Most of us learned to deal with our feelings by trial and error, without parental guidance. Some people cope with unpleasant feelings like anger and anxiety by ignoring them. However, the feelings do not disappear; instead, they manifest in different ways, such as illness or addictions. Others respond to unpleasant emotions by lashing out at others, either physically or verbally.
Your children may express their feelings during the separation/divorce and transition period by acting out or regressing to younger behaviors. They may need your help to learn how to act on their feelings in a way that does not harm themselves or others.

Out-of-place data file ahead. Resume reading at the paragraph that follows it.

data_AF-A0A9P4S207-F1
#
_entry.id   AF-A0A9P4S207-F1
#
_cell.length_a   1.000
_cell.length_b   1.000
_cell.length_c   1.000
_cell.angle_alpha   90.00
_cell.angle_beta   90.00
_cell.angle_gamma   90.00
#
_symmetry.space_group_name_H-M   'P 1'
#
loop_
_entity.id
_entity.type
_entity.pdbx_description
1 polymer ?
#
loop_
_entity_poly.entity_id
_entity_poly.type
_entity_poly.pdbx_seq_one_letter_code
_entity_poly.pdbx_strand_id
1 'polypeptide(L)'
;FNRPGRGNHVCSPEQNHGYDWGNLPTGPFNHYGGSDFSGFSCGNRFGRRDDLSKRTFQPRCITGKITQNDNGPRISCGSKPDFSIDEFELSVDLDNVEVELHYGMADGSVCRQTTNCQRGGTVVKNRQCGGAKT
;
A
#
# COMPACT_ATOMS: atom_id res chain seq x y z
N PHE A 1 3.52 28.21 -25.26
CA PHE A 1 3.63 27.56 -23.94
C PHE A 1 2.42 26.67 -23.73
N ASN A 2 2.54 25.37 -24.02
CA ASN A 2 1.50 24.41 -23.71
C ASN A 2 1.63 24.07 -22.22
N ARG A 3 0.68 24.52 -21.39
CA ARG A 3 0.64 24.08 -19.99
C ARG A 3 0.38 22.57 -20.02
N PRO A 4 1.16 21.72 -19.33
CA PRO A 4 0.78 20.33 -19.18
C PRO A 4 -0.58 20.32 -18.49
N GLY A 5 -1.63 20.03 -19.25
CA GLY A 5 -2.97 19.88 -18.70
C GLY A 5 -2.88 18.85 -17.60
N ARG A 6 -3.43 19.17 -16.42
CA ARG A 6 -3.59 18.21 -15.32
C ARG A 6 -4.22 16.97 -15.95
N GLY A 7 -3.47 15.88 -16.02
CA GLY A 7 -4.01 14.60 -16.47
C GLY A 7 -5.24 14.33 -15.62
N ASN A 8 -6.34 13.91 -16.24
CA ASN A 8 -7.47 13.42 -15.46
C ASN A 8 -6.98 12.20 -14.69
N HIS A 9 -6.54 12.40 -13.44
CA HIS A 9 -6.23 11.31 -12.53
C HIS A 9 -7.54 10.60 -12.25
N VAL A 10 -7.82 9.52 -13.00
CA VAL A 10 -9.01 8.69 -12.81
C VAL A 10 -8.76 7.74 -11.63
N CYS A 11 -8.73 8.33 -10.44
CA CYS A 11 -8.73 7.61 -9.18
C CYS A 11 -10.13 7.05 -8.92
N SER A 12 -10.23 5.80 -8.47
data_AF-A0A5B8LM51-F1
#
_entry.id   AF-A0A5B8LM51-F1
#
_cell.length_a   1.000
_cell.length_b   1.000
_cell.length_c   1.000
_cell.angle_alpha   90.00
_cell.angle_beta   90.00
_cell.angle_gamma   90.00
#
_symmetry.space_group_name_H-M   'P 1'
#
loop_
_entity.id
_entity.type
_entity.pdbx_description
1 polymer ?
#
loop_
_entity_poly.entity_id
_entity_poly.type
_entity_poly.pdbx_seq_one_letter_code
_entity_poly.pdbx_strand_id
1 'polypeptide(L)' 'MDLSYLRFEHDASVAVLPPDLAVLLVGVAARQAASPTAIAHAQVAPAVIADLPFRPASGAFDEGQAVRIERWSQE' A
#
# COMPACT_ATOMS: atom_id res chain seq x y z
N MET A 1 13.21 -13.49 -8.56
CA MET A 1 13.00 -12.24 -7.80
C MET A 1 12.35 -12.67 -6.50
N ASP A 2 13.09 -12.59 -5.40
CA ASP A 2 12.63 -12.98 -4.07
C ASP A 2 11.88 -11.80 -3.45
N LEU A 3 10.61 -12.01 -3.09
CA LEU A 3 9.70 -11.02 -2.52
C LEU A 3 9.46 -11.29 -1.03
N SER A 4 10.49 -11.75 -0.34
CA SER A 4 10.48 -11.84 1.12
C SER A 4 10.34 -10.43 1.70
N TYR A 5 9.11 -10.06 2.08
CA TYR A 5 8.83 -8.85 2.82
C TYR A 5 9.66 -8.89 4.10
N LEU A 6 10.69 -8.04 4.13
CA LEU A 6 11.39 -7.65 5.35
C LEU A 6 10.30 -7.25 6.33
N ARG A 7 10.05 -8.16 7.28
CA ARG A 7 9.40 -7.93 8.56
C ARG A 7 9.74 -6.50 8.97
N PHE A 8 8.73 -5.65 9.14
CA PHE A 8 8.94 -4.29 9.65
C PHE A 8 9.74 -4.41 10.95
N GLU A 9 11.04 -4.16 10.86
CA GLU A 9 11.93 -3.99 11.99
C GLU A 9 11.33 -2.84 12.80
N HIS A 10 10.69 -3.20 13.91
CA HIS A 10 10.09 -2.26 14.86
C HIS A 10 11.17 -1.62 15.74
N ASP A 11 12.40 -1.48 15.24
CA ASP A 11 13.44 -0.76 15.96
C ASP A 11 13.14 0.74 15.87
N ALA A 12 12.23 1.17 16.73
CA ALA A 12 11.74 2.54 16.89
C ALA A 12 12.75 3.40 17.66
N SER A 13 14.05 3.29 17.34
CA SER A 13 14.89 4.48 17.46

The first step is to help children to identify what they are feeling. Next, create a feeling-friendly environment by validating their feelings with statements that tell them that the feeling is real and okay. Lastly, discuss the causes behind the feeling and, if appropriate, problem-solve. After all, unpleasant feelings are simply clues that something is wrong and may require action and attention.